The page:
Similar regional tweaks apply to that other clam classic, Italy’s spaghetti alle vongole. If you’re in Venice it makes sense to reach for the light, unoaked refreshment of a good quality Pinot Grigio. Where the recipe takes on bolder tomato and chilli influences, then look for a richer southern Italian white to match: Campania’s Fiano or Greco di Tufo would be delicious.
Whisper it, but some people prefer crab to the decadence of lobster. There’s certainly something mouth-watering about a simply dressed crab, its delicate white meat offset by the rich brown meat and just an invigorating squeeze of lemon. The marine notes of Chablis or softer yet saline Albariño would both be classic choices here.
If your crab takes on a more Asian slant, such as Thai crab cakes, then look for the limey brightness of a Clare Valley Riesling or the rich yet racy precision found in so many great Austrian examples of this grape.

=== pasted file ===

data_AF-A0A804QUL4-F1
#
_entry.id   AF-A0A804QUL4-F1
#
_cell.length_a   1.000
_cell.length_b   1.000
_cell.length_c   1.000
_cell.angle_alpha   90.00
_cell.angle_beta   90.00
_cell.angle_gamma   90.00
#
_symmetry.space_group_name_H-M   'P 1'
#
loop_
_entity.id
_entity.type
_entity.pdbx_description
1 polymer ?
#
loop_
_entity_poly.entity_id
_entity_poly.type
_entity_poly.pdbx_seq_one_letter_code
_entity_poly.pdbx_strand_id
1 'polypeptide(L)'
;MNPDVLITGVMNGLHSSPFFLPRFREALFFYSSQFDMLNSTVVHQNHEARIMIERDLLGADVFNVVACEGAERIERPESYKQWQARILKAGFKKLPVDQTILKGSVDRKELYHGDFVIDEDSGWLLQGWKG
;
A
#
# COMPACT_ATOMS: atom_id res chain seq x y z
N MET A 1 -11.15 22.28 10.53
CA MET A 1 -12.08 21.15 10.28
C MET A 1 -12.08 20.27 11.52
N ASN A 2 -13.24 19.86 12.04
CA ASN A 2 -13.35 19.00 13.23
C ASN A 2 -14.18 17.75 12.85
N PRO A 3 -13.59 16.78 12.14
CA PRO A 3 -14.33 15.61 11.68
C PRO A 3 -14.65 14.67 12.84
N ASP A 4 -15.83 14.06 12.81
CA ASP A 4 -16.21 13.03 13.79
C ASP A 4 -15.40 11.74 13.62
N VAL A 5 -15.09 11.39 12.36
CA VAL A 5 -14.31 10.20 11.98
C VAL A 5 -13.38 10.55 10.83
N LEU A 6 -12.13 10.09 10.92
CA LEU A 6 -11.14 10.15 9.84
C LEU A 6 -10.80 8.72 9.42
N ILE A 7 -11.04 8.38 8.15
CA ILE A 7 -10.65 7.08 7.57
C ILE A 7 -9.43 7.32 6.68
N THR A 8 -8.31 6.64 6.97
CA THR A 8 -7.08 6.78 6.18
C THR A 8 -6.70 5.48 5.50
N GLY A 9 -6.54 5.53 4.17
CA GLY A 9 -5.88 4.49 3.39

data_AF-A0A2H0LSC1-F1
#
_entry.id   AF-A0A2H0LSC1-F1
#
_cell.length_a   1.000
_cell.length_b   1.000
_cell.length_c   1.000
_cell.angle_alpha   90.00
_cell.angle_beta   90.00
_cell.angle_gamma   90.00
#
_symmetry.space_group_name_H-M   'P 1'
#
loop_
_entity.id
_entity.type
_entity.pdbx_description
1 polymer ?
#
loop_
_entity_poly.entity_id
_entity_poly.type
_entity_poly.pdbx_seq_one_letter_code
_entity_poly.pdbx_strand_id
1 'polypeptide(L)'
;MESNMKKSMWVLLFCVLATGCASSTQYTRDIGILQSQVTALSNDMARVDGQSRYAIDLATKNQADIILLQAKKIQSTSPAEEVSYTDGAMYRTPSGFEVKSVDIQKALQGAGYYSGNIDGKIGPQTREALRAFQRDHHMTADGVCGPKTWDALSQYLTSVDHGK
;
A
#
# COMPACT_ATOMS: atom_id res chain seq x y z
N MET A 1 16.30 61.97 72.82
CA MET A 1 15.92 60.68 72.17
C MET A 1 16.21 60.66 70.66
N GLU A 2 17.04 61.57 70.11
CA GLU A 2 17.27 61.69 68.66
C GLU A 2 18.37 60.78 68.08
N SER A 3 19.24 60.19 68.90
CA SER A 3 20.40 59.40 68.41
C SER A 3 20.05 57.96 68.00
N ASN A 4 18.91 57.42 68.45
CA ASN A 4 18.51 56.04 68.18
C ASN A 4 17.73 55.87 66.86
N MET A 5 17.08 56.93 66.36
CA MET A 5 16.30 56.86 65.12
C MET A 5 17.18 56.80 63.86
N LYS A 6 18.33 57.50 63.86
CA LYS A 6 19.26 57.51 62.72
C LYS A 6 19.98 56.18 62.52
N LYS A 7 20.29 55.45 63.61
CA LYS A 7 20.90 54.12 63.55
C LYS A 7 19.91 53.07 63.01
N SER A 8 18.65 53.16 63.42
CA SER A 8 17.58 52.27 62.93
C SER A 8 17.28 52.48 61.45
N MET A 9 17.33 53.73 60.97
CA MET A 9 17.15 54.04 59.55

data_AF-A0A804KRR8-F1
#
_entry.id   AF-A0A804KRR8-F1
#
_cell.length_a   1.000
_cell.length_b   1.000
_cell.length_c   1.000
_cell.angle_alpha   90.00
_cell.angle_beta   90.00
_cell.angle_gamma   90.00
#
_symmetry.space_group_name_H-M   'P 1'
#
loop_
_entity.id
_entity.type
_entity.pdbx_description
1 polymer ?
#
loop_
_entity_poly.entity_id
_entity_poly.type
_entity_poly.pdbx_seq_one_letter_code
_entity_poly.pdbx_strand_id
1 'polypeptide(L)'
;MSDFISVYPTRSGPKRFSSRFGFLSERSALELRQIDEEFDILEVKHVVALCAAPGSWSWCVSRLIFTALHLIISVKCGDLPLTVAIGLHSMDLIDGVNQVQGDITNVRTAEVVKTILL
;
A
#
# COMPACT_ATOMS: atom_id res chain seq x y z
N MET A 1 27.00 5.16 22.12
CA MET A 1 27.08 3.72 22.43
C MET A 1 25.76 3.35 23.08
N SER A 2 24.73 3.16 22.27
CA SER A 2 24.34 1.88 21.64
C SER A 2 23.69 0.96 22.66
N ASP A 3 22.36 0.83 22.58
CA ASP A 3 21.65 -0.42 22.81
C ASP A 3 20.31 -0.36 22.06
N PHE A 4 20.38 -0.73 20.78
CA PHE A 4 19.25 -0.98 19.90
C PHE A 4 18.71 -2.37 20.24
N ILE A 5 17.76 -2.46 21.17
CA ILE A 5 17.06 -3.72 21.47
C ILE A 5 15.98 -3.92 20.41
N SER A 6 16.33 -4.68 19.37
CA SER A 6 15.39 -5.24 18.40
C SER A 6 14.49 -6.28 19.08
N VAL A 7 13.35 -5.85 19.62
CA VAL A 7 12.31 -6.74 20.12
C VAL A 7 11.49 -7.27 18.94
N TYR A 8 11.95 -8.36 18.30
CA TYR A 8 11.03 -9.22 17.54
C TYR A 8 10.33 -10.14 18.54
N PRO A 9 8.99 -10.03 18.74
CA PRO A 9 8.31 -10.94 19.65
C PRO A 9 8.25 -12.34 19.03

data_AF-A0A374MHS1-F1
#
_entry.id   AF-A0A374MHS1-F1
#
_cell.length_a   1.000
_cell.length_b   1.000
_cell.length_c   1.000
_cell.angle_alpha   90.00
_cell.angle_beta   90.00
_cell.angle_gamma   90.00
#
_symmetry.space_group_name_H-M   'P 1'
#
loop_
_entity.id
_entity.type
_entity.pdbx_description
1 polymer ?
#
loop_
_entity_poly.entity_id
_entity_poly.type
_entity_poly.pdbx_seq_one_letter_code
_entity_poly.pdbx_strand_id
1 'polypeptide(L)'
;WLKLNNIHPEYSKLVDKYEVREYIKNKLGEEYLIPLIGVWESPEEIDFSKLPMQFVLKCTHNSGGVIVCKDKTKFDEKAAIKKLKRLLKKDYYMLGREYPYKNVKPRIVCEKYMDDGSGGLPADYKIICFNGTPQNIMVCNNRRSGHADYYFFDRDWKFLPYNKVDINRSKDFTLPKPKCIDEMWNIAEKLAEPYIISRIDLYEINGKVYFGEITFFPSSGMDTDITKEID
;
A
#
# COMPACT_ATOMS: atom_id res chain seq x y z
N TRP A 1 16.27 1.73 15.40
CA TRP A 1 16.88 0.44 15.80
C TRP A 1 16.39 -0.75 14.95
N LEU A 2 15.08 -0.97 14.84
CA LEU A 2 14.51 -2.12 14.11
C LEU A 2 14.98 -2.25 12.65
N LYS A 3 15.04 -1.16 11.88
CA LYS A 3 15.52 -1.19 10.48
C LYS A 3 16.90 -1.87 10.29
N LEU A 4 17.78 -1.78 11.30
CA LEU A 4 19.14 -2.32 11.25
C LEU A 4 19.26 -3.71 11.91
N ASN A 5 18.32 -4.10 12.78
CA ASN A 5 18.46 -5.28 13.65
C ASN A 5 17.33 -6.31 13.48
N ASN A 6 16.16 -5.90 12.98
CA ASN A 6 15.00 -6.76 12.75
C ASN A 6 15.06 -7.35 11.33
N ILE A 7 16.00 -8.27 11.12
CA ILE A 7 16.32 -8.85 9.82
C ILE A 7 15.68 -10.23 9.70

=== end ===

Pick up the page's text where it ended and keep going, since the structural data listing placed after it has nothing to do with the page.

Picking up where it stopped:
A luxurious, rich shellfish that calls for a wine with similar credentials. That means smart white Burgundy, although you could also reach happily for an oaked Bordeaux Blanc with its citrus peel, smoke and pine notes that would chime beautifully with freshly grilled lobster.
For cold lobster keep the wines similarly upmarket but consider the richly textured drive of a mature premier or grand cru Chablis. This would also be an ideal moment for the hedonistic delights of Condrieu, or indeed Champagne.
Whether you call them prawns, shrimp or gambas, these juicy pink crustaceans are a staple of seafood platters around the world. When served simply with nothing more than a squeeze of lemon, look for a bright, cleansing seaside wine to highlight that succulence. Vinho Verde, Albariño, Muscadet or Picpoul all fit the bill beautifully.
Introduce some fried, buttery, garlicky elements and you might want to open a more assertive wine. Sauvignon Blanc has a real affinity with garlic, as do fuller flavoured rosés from around the Mediterranean – anywhere from Lebanon to the Languedoc.
Bone dry, salty Manzanilla is a perfect match for most seafood, but also takes strong flavours such as garlic in its stride.